Thailand’s monarchy is shielded by Lese-Majeste, a law that strictly guards against royal defamation. People convicted of speech perceived as critical of the royals can be sent to prison for up to 15 years. But critics say that Thailand’s Sedition Act, rather than Lese-Majeste, has become a tool used to suppress dissidents lately.
Prayuth has said King Maha Vajiralongkorn had asked him to reduce the exercise of the law against royal defamation. About a dozen people have been charged with sedition since Aug. 3, when the anti-government protestors expanded their demands to include reforming the status of the monarchy.
As the protests continue, the crackdown on social media companies has been stepped up. Thai authorities recently said they will obtain court orders to deny access to posts and URLs on Facebook, YouTube and Twitter that they believe insult the monarchy. These authorities have also threatened to sue these social media platforms if they don’t comply.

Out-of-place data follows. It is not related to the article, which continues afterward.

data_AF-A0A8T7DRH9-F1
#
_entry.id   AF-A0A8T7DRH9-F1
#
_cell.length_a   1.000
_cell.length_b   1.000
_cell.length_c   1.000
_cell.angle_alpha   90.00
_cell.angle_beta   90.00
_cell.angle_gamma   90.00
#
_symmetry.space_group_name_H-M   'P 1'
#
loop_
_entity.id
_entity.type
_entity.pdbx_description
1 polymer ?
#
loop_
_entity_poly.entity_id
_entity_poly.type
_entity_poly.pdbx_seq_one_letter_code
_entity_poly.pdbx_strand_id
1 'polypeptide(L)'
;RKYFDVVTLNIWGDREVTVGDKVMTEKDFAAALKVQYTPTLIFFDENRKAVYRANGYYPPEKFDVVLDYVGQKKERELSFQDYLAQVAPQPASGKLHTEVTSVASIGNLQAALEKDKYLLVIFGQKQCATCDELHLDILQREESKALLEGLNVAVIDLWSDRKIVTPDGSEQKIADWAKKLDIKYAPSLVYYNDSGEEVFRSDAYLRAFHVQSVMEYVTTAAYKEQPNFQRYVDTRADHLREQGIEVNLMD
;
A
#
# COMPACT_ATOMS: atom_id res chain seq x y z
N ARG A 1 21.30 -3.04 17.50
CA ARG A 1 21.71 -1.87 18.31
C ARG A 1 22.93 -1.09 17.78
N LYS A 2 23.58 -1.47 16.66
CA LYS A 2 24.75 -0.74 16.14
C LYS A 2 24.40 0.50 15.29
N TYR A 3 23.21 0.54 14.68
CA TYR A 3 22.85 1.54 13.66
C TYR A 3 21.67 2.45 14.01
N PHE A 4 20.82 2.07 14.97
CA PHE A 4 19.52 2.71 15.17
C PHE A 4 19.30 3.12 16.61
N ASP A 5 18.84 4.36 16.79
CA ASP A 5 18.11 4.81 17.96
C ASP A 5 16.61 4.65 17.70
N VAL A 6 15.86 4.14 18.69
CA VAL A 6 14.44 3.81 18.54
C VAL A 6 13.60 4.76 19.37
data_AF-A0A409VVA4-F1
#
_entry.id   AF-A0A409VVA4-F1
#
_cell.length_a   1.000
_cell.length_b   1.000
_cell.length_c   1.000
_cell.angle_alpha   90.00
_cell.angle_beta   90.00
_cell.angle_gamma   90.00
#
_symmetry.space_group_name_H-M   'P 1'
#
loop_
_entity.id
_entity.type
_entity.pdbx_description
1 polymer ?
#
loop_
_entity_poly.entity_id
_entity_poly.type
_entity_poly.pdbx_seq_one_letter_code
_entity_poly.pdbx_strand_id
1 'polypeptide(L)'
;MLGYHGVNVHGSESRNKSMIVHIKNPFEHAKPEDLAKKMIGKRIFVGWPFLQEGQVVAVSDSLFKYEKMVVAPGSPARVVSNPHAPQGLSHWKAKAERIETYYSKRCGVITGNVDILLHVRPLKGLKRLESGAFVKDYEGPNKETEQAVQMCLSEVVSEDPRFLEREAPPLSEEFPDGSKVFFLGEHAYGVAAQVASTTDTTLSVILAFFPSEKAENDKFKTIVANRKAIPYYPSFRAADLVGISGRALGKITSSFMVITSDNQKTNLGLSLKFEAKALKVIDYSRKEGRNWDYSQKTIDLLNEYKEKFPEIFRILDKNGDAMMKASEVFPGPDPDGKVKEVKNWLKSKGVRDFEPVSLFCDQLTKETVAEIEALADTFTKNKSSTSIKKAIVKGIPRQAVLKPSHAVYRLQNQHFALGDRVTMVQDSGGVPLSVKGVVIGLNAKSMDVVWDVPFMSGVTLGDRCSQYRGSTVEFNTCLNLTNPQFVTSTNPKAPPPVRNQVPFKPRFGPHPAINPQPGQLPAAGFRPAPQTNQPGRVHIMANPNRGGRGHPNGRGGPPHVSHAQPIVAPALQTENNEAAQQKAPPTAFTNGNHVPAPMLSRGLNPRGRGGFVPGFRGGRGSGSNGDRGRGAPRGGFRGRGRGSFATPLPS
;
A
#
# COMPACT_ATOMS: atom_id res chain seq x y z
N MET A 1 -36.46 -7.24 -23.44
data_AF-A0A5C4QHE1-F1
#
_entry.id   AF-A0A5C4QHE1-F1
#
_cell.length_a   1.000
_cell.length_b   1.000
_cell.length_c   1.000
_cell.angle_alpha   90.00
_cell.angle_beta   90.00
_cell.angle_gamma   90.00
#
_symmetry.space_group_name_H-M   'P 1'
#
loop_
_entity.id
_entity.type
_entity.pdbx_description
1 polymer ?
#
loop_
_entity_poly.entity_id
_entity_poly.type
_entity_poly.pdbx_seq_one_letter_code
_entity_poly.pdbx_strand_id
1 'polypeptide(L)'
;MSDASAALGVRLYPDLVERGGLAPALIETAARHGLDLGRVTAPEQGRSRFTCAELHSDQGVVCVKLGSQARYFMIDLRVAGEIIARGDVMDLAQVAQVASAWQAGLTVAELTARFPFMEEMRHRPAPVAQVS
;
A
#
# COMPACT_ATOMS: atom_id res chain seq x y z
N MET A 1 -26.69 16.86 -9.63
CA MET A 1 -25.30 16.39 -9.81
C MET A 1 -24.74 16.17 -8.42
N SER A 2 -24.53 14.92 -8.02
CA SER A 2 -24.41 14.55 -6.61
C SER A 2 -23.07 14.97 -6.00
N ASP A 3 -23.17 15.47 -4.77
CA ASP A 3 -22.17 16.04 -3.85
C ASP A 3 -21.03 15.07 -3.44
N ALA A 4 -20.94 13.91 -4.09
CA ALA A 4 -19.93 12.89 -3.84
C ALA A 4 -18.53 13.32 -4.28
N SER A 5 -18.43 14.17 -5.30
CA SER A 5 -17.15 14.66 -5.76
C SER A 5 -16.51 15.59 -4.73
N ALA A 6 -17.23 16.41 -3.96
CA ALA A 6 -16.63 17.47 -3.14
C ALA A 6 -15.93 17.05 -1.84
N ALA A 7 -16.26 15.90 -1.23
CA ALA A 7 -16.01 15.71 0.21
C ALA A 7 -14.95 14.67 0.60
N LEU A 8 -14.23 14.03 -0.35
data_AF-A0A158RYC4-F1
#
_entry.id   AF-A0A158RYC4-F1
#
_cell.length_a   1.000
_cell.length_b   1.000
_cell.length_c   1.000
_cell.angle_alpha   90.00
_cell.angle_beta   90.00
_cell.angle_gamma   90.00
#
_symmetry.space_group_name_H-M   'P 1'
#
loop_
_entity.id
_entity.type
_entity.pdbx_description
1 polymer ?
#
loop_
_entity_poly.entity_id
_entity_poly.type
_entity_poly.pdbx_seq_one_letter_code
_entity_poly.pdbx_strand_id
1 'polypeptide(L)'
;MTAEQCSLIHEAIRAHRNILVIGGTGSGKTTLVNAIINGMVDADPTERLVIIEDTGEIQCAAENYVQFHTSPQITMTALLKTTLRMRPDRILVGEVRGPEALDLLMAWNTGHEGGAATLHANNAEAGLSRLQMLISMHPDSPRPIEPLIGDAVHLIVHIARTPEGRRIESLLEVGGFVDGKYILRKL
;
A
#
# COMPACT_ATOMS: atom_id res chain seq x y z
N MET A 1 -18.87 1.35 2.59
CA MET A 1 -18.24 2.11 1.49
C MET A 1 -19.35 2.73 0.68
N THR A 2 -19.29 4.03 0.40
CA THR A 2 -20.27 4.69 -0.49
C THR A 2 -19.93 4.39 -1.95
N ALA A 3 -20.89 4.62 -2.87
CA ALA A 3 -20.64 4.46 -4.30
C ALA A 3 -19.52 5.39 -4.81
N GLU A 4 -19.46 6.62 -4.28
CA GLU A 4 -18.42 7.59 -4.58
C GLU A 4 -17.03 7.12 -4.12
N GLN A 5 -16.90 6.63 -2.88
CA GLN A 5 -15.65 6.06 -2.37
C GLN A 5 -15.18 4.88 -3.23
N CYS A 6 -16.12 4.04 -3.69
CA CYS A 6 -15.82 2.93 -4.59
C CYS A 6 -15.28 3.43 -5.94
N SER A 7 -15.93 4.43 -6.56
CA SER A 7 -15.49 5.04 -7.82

Puttipong Punnagun, the minister for digital economy and society, said he already sent court orders to Facebook, YouTube and Twitter
“We sent court orders to the platform operators to delete misinformation content within 15 days,” Puttipong said. “If they erase them, we won’t sue them. There were 1,120 [urls] deemed royally defaming.”
The order to block access to the Facebook page hosted by Pavin drew a sharp and swift response from New York-based Human Rights Watch.
“Thailand’s government is again abusing its overbroad and rights-abusing laws to force Facebook to restrict content that is protected by the human right to free speech. Make no mistake, it is Thailand that is breaking the law here – international law protecting freedom of expression,” John Sifton, the group’s Asia Advocacy director, said in a statement.
“Facebook should fight the government’s demands in every forum it can, to protect Thai people’s human rights. Concerned governments around the world should protest Thailand’s abusive threats,” he said.